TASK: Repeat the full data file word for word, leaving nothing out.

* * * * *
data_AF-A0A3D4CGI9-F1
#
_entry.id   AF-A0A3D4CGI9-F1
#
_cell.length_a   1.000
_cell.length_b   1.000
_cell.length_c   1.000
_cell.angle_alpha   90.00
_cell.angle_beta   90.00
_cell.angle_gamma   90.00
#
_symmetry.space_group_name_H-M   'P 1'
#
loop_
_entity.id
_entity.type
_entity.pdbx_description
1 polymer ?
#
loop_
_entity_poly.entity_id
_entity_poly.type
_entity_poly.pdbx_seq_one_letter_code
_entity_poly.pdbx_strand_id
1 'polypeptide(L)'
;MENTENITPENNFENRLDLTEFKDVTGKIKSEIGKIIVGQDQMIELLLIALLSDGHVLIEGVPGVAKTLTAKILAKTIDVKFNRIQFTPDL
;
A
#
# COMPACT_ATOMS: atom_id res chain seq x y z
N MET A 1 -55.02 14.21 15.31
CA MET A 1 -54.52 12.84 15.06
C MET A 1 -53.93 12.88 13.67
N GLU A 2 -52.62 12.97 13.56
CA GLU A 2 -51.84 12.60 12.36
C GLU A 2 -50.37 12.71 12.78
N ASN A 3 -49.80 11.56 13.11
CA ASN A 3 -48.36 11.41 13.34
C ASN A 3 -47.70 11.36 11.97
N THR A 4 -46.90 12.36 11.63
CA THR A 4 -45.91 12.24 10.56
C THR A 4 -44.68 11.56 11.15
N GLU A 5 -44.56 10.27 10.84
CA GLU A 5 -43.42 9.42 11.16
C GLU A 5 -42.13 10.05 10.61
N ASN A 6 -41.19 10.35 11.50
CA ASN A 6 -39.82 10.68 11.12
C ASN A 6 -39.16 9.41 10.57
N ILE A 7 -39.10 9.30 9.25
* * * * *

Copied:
data_AF-A0A3D4CGI9-F1
#
_entry.id   AF-A0A3D4CGI9-F1
#
_cell.length_a   1.000
_cell.length_b   1.000
_cell.length_c   1.000
_cell.angle_alpha   90.00
_cell.angle_beta   90.00
_cell.angle_gamma   90.00
#
_symmetry.space_group_name_H-M   'P 1'
#
loop_
_entity.id
_entity.type
_entity.pdbx_description
1 polymer ?
#
loop_
_entity_poly.entity_id
_entity_poly.type
_entity_poly.pdbx_seq_one_letter_code
_entity_poly.pdbx_strand_id
1 'polypeptide(L)'
;MENTENITPENNFENRLDLTEFKDVTGKIKSEIGKIIVGQDQMIELLLIALLSDGHVLIEGVPGVAKTLTAKILAKTIDVKFNRIQFTPDL
;
A
#
# COMPACT_ATOMS: atom_id res chain seq x y z
N MET A 1 -55.02 14.21 15.31
CA MET A 1 -54.52 12.84 15.06
C MET A 1 -53.93 12.88 13.67
N GLU A 2 -52.62 12.97 13.56
CA GLU A 2 -51.84 12.60 12.36
C GLU A 2 -50.37 12.71 12.78
N ASN A 3 -49.80 11.56 13.11
CA ASN A 3 -48.36 11.41 13.34
C ASN A 3 -47.70 11.36 11.97
N THR A 4 -46.90 12.36 11.63
CA THR A 4 -45.91 12.24 10.56
C THR A 4 -44.68 11.56 11.15
N GLU A 5 -44.56 10.27 10.84
CA GLU A 5 -43.42 9.42 11.16
C GLU A 5 -42.13 10.05 10.61
N ASN A 6 -41.19 10.35 11.50
CA ASN A 6 -39.82 10.68 11.12
C ASN A 6 -39.16 9.41 10.57
N ILE A 7 -39.10 9.30 9.25